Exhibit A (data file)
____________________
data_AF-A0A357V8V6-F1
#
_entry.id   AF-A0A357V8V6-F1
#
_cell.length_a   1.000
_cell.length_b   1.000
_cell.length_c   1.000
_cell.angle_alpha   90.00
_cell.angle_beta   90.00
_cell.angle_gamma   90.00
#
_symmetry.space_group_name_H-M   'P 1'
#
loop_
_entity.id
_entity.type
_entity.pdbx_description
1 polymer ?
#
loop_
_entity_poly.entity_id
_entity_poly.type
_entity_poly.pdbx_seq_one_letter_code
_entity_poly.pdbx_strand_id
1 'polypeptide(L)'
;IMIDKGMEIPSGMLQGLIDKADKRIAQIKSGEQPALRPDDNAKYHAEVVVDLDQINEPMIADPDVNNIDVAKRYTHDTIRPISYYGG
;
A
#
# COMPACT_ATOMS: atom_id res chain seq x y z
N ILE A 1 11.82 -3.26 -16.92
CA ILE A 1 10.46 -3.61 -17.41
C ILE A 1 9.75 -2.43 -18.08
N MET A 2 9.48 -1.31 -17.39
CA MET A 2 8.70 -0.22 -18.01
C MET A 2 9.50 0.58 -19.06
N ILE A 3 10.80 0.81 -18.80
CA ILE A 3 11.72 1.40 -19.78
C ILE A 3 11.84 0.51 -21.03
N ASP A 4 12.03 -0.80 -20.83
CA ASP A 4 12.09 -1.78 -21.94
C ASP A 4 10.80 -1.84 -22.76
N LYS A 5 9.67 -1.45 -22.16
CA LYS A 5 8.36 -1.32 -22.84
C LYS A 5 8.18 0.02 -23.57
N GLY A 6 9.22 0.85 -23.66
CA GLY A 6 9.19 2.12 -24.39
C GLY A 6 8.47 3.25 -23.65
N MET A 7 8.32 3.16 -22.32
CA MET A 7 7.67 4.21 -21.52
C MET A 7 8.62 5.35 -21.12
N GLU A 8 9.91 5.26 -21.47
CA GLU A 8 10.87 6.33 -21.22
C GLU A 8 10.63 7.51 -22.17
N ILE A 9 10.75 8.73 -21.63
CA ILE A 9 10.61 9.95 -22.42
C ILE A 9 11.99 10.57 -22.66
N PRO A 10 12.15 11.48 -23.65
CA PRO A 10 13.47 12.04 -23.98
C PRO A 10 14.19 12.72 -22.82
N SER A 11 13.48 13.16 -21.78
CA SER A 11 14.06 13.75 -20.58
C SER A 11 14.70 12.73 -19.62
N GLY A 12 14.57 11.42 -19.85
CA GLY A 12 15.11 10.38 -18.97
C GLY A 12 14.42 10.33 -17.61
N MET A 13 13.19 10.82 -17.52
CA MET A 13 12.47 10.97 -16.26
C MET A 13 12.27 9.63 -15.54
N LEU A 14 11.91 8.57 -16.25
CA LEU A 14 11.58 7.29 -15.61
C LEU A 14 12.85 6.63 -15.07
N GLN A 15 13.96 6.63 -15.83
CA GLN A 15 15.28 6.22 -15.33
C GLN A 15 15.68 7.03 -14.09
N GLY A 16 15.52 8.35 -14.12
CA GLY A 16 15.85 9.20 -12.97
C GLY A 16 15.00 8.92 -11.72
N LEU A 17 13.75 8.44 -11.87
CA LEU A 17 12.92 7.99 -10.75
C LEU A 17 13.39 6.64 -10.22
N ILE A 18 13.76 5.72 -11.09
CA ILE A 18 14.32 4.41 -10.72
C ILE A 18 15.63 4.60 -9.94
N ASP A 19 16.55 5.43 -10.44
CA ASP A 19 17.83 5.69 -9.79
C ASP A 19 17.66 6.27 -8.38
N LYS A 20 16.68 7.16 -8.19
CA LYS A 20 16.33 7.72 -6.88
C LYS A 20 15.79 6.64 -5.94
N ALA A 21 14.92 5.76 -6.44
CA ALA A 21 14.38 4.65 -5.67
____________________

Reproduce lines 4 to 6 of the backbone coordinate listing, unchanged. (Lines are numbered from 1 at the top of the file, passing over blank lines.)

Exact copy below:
#
_cell.length_a   1.000
_cell.length_b   1.000